Devising and regulating social security systems, as these issues fall under social policy, falls squarely within the realm of constitutional identity (according to Chalmers, 2010, p.5) taken in the EU context, with EU rules violating “central parts of a national constitutional identity, [e.g] the Sozialstaat.” Consequently, it only seems fair that the same approach is taken by the ECtHR, focusing on a constitutional identity argumentation when facing important issues of social policy.

As we can read in Savickis (paras. 53 et ss.), the 2011 Latvian Constitutional Court decision has made some important remarks regarding the restoration of independence in the context of international law and mentioned the ‘legal identity’ of a State, determining its rights and obligations, specifying that the illegal annexation of a State to another has no effect in legal terms, especially in light of the doctrine of ‘state continuity’, affecting also the internal affairs of Latvia in the case at hand. A thus reborn state, therefore, in the opinion of the Constitutional Court, has to have a particular responsibility for its citizens, which substantiates “a difference in treatment in the sphere of social rights”, and in this the state enjoys a margin of appreciation, and “the difference in treatment when calculating pensions for citizens and [LPRs] of Latvia has objective and reasonable grounds.” (see: paras. 54-55)

Under the approach taken to the legal identity of the Latvian State, the Respondent Government argued with the doctrine of the above-mentioned state continuity, and put forward that under this theory and public international law, the State had two legitimate aims, one of which has been instilling “respect for the principle of State continuity and constitutional identity” (para. 176), elsewhere appearing as “safeguarding the constitutional identity of the State by implementing the doctrine of State continuity, the latter aim being more important than the former” [i.e. protecting the economic system of the country, see paras. 196 and 198]. Here, the Court concludes that: the essential point in this regard is not the doctrine of State continuity per se but rather the constitutional foundation of the Republic of Latvia following the restoration of its independence. […] More specifically, the Court acknowledges that the aim in that context was to avoid retrospective approbation of the consequences of the immigration policy practised in the period of unlawful occupation and annexation of the country. In this specific historical context, such an aim, as pursued by the Latvian legislature when establishing the system of retirement pensions, was consistent with the efforts to rebuild the nation’s life following the restoration of independence, and the Court accepts this aim as legitimate. In the following I will provide a short review of concurring and dissenting arguments, in light of the above.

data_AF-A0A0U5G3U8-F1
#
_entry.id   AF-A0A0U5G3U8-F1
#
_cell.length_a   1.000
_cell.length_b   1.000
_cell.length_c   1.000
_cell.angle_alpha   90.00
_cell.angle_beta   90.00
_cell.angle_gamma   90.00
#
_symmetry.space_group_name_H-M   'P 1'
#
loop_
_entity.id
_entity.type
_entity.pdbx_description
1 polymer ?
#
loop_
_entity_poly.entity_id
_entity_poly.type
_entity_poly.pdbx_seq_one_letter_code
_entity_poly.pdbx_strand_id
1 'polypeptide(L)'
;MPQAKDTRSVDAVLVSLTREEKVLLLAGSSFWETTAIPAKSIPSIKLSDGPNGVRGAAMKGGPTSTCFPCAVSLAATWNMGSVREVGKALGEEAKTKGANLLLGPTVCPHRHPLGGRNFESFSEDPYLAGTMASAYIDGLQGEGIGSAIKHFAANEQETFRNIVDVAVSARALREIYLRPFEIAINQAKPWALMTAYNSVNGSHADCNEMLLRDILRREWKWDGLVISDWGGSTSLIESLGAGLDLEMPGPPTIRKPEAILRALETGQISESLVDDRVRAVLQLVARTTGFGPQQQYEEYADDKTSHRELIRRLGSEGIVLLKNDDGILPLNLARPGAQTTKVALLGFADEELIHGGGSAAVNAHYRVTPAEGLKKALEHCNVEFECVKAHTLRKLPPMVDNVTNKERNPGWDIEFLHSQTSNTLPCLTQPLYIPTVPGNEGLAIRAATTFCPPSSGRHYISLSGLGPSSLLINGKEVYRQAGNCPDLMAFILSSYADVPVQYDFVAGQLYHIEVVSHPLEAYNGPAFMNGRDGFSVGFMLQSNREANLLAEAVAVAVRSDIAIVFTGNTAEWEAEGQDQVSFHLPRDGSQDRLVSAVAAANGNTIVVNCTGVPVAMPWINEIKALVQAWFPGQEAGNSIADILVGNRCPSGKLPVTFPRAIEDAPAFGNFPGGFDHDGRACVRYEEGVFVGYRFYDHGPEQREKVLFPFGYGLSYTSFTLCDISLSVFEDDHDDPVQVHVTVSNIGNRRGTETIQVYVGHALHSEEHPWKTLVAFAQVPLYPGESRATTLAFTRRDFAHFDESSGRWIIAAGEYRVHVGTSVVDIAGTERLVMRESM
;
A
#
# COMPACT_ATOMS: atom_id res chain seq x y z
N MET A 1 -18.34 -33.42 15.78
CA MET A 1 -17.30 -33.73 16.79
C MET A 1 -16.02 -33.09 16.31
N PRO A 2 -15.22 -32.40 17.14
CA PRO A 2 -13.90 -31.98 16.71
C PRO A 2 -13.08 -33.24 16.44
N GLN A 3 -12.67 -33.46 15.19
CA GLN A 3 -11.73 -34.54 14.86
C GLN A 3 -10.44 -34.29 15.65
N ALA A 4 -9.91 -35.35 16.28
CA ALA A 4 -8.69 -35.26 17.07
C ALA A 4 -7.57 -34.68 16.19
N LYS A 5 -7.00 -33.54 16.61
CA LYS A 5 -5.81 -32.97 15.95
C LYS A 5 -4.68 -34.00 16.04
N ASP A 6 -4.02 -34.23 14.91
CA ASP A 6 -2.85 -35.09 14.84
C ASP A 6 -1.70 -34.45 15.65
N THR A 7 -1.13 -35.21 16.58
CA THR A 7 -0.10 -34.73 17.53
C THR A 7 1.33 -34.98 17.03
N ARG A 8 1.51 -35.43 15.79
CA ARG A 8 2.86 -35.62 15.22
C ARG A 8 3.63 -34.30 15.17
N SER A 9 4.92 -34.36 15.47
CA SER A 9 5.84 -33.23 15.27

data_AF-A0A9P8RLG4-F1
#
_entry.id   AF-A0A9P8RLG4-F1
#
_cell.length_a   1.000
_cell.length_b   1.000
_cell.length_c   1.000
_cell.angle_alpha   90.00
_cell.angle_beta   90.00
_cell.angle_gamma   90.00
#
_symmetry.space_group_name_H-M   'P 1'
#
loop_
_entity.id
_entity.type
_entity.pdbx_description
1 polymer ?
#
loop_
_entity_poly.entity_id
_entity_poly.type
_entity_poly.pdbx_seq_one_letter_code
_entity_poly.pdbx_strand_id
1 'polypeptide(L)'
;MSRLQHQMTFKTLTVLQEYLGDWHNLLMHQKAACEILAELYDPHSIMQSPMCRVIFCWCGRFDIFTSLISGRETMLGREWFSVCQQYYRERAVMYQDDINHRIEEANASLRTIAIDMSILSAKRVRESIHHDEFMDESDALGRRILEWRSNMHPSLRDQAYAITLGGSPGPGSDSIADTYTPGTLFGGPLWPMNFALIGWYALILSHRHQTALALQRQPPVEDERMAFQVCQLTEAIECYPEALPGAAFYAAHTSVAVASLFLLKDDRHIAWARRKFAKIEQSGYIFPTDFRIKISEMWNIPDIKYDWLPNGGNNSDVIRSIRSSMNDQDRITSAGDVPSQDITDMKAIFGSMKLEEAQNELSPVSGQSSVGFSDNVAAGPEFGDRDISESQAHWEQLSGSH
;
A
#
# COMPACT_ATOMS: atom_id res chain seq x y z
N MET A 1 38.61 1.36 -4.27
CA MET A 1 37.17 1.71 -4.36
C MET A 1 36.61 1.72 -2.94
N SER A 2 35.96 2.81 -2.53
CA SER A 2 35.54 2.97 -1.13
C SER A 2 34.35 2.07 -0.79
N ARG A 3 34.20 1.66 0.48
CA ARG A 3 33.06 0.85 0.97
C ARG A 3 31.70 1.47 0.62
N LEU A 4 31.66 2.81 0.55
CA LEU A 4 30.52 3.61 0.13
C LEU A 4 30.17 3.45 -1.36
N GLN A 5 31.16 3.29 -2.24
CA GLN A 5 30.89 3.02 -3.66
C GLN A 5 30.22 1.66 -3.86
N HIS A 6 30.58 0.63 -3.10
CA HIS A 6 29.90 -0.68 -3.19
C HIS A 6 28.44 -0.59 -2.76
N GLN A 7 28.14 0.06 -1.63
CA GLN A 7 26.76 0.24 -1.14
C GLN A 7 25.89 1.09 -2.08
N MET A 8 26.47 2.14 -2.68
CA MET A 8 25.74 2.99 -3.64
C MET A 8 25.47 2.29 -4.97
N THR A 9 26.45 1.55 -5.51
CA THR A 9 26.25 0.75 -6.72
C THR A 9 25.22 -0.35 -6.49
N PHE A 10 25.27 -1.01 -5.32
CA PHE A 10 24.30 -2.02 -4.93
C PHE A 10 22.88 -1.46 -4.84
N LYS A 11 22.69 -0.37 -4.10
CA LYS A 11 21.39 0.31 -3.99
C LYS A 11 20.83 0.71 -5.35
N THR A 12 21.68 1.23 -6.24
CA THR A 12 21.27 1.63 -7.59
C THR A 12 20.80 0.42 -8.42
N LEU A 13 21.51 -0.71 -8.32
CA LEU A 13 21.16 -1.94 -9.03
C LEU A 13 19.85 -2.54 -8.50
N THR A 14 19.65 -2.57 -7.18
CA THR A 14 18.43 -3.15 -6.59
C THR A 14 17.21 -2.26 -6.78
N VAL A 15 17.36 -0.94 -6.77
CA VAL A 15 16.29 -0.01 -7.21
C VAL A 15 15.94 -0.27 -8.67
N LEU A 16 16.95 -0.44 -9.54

• Judicial Dialogues on Identity in Savickis – Alternate Narratives

Firstly, J. Wojtyczek reinforces the majority arguments rooted in public international law and does not talk about constitutional identity. However, he signals full agreement with the outcome and main arguments of the judgment, therefore we assume that he agrees with considering the design and regulation of social policy and the social security system such foundational elements of national constitutional law, which should be shielded by protections afforded to constitutional identity.

The main issue for dissent was an apparent “reverse deference” to the argumentation given by the 2011 Latvian Constitutional Court, found convincing by the ECtHR, thereby departing from earlier established jurisprudence set by the above-cited Andrejeva judgment (decided 16 to 1) on the same issues.

Regarding the issue of the legitimacy of the aim, the conclusion of the dissent was that the legitimate aim argument is substantiated by the fact that the constitutional foundation of Latvia needs to be protected – and while it might be legitimate, the challenged regime of pension calculations is not “a natural instrument” to achieve such legitimate aim. At this point, the dissenting judges (O’Leary, Grozev, Lemmens, para. 14.) engage in a proportionality review. Next up, the dissent assessed the constitutional identity argument in light of state continuity, legitimate aim and differential treatment, agreeing with the majority determination that the aim can substantially be achieved through differential treatment. The main dissenting argument (paras. 15-16) was that the regulation in question chose an excessive not an appropriate means to achieve the aim (“not a natural instrument”).

In characterizing the differential treatment in the context of international and USSR law, the dissent rightly argues – on both accounts – that

  • given the realities of the USSR state job market and the circumstances under which citizens might have had to relocate not of their own volition inside USSR territory, the applicants should not be blamed for acting in accordance with USSR state immigration policy; and
  • attributing “the unlawful acts of the Soviet Union to all former citizens of the Soviet Union who moved to Latvia during its occupation [who then have received LPR status], irrespective of the extent to which these individuals personally bore responsibility for the fact that they settled in Latvia” is wrong – especially in light of the assumption that everyone has rights and responsibilities (para. 17).